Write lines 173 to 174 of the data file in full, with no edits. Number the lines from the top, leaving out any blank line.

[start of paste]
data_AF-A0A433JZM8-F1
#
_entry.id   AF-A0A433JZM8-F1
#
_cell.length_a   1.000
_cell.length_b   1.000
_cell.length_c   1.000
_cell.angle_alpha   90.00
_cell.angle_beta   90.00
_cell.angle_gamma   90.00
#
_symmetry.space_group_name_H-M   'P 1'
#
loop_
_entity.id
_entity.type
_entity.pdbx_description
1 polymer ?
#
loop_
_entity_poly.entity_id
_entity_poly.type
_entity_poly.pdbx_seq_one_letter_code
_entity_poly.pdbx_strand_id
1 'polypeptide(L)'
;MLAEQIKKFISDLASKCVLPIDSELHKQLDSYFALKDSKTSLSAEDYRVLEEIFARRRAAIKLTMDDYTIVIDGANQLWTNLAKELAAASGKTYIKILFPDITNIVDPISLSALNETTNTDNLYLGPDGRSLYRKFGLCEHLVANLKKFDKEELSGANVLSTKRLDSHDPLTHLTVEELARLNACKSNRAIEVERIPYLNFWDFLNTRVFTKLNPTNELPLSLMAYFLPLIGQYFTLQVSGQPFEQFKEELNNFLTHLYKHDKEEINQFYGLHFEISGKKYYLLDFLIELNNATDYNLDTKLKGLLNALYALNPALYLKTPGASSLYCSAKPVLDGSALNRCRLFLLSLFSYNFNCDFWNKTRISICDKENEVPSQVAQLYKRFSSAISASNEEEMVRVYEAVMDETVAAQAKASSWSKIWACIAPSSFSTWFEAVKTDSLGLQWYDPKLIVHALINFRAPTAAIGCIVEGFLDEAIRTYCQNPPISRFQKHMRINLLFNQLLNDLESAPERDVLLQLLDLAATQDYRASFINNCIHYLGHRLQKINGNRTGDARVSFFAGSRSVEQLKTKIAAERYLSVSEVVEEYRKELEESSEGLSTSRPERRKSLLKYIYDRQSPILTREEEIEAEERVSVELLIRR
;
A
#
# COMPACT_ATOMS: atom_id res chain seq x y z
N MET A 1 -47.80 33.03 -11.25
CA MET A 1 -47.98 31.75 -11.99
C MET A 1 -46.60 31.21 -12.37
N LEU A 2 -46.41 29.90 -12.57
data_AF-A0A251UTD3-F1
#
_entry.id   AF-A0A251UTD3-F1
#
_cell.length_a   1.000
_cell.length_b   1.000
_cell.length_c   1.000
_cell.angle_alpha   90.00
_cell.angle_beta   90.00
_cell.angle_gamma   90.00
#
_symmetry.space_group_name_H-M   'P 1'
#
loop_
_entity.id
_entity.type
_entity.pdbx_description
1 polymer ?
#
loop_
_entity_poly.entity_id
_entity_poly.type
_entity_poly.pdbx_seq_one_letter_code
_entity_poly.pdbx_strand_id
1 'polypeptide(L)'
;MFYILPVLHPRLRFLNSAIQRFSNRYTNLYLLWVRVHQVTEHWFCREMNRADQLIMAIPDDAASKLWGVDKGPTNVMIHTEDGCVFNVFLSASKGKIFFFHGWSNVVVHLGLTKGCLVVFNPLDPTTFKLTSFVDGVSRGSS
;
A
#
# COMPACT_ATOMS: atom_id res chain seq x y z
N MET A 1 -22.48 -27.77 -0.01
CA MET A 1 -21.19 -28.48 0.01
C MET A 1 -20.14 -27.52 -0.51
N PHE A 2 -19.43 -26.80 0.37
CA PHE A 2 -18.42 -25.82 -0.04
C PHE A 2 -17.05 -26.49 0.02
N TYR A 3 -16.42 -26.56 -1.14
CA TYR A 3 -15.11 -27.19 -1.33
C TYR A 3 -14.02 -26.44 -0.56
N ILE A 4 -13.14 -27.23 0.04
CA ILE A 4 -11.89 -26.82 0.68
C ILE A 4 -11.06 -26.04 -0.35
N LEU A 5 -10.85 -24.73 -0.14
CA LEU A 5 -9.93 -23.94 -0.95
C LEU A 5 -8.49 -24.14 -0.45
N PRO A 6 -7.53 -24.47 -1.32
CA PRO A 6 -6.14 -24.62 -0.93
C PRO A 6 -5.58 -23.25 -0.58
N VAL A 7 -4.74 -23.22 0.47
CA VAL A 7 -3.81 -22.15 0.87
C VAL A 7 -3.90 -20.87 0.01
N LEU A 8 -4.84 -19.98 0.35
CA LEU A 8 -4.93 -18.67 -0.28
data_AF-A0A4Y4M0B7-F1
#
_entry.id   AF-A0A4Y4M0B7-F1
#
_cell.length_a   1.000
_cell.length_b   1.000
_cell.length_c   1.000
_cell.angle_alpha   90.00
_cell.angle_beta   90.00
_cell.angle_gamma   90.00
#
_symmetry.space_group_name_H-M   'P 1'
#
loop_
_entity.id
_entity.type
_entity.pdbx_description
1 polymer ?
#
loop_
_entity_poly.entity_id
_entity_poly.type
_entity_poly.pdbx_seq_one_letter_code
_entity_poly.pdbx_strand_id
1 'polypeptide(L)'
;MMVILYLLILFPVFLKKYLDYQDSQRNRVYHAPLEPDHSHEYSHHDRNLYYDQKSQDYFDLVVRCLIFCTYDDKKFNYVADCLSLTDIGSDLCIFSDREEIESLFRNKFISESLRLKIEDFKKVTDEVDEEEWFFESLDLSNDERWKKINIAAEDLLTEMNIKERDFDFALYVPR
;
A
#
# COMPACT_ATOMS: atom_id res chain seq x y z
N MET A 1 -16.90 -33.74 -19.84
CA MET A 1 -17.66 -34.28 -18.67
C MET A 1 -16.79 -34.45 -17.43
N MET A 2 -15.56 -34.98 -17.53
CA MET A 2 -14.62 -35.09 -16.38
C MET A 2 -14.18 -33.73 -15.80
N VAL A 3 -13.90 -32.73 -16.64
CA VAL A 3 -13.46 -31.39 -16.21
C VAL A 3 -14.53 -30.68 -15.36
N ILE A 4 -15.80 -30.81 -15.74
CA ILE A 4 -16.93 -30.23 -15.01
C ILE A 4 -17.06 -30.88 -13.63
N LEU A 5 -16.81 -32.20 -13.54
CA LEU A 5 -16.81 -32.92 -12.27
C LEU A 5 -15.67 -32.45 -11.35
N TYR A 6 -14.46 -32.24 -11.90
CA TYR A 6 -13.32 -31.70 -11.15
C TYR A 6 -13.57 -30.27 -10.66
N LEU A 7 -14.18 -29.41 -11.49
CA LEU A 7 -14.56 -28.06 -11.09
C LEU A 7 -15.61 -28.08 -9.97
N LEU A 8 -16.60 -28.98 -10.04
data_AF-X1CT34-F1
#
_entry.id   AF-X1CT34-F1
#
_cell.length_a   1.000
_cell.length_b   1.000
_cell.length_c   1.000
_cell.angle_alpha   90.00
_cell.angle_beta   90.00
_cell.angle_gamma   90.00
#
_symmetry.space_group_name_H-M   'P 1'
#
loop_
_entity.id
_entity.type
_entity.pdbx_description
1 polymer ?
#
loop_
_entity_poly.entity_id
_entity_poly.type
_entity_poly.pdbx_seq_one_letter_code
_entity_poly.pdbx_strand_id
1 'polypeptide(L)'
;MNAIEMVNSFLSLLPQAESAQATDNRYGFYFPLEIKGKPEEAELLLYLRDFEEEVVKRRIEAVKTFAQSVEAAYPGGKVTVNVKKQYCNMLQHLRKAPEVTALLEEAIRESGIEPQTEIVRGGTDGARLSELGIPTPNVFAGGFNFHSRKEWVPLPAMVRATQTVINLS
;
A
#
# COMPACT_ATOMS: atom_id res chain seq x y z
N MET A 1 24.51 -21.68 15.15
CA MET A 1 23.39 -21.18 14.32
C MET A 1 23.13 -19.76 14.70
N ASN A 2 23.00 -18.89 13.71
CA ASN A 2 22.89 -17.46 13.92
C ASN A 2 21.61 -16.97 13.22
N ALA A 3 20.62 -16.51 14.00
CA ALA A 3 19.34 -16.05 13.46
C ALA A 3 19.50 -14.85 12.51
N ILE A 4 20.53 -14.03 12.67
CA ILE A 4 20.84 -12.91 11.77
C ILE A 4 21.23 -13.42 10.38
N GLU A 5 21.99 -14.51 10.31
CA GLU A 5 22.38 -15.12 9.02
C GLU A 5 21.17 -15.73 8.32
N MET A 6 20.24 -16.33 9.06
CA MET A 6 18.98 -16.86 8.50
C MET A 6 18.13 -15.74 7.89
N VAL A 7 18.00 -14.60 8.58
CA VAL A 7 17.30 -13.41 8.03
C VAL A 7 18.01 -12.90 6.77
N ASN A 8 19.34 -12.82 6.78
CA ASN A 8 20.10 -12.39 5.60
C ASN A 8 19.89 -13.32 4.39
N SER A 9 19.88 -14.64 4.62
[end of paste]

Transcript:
N ASN A 2 23.00 -18.89 13.71
CA ASN A 2 22.89 -17.46 13.92